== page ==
Football and Horses: With the Grand National happening tomorrow, I read this snippet via the last popbitch mailout:
>> National treasures << They don't make footballers like they used to In the 1970s the Grand National, as an event, was dying. We all remember it as halcyon days, with Red Rum winning three times. But in 1977, when Rummie won his third race, fewer than 10,000 spectators were there. The race has been resurrected, in 2007, the crowd was 68,000. Back then Aintree was owned by an eccentric old lady, Mirabel Topham, with Ladbrokes having the thankless task of managing it for her. One poor chap was sent up to the course and given a scruffy office with a couple of desks and phones and told to sort out tickets, sponsors, hospitality - the lot. The only way he got through it was with help from a surprising source. Every day, after football training finished at Liverpool, Emlyn Hughes and Terry McDermott, big horse racing fans, came over with a crate of beer and got on the phones to make the sales calls. Somehow you can't quite imagine Torres and Kewell doing it.
Next item is via Reuters football news. It’s about Pele and Banksy and I like who Pele got to be his assistant for the match:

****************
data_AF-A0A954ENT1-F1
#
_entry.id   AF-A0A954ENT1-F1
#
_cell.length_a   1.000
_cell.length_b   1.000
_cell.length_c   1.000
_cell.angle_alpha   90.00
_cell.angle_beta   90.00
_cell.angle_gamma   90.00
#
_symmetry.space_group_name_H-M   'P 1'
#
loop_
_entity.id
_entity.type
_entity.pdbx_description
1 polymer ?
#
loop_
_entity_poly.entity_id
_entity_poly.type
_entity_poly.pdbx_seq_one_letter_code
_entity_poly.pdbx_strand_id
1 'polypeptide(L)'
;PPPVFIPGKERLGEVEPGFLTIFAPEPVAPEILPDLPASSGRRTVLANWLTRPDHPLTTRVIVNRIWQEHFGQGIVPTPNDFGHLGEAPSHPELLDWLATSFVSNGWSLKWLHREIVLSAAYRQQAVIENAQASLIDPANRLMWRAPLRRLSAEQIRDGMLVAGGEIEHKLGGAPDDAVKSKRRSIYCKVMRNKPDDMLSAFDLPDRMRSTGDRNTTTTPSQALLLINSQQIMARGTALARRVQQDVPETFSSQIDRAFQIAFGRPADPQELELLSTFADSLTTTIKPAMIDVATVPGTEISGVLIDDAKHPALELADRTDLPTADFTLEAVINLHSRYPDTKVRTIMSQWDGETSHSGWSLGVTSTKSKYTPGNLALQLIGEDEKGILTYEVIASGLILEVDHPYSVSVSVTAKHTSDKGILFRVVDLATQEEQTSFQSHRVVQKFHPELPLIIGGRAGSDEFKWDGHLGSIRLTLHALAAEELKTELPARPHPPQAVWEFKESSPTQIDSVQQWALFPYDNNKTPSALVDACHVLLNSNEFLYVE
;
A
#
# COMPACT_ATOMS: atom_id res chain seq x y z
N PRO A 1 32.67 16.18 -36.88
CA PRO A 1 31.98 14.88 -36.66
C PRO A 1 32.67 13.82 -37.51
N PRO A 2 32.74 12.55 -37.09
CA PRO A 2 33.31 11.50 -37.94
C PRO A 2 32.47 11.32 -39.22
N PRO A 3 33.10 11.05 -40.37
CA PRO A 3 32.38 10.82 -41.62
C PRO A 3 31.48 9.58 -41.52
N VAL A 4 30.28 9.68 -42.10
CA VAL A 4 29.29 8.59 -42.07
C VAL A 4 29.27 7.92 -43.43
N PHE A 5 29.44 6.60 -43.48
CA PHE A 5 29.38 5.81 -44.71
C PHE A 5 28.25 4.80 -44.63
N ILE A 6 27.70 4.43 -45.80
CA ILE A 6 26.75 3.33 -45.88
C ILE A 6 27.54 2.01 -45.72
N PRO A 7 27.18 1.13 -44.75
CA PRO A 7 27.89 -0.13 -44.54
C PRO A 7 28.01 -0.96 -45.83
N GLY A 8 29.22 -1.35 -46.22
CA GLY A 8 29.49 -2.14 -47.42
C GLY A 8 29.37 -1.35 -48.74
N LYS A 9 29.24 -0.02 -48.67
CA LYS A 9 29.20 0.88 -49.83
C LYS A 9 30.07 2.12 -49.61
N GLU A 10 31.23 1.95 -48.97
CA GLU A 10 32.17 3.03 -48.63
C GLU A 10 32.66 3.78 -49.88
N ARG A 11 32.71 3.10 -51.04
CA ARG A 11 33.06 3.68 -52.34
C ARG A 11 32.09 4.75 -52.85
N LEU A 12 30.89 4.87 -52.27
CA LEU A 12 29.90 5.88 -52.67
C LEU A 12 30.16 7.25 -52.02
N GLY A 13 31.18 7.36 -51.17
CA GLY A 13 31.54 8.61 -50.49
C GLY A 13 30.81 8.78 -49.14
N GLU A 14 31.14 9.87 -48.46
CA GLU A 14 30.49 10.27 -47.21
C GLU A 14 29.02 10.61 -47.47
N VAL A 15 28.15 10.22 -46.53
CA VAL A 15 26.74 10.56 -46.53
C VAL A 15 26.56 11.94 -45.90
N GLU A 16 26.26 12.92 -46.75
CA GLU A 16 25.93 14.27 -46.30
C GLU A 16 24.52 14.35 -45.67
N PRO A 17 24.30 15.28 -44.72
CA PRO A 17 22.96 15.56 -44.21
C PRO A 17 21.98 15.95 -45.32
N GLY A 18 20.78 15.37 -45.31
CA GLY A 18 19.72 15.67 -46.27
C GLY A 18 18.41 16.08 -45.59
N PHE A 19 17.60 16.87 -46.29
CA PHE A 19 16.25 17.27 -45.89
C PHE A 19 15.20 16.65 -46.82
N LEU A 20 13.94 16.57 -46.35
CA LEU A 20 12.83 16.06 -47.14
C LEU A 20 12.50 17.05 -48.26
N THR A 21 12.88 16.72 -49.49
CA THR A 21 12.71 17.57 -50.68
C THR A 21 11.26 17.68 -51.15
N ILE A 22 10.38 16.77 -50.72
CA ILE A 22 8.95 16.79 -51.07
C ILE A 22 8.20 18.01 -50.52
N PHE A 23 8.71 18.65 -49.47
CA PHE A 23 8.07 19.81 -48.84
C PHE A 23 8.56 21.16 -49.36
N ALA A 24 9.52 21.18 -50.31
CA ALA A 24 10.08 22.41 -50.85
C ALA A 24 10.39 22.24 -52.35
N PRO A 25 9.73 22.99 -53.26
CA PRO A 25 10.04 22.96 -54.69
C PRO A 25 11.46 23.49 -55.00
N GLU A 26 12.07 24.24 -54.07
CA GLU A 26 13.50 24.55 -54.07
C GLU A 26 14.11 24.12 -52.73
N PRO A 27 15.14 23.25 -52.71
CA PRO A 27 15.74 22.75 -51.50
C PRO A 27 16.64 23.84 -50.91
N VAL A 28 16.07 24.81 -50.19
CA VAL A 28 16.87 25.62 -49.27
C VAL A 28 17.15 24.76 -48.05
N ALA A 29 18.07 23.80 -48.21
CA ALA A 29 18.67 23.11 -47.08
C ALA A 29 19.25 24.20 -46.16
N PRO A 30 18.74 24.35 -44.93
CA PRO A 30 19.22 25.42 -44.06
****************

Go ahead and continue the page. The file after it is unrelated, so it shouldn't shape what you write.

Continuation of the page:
Pele and Banks XIs to meet in charity game, Tutu as coach
LONDON, April 3 (Reuters) – Gordon Banks and Pele, who between them provided one of the World Cup’s most memorable moments, will come together in Stoke later this year.
Brazil great Pele will unveil the first part of a triple statue in honour of former Stoke City and England goalkeeper Banks at the club’s Britannia Stadium.
The unveiling on July 12 will be accompanied by a charity match between a Pele XI and a Gordon Banks XI to help fight poverty in Africa, the club said on their Web site.
Pele’s assistant manager for the match will be Archbishop Desmond Tutu.
The match is also intended to celebrate the lives of two famous sons of Stoke-on-Trent, Josiah Wedgwood and Stanley Matthews. Wedgwood helped end slavery while Matthews, who began his long and illustrious career at Stoke, taught children to play football in Soweto, South Africa.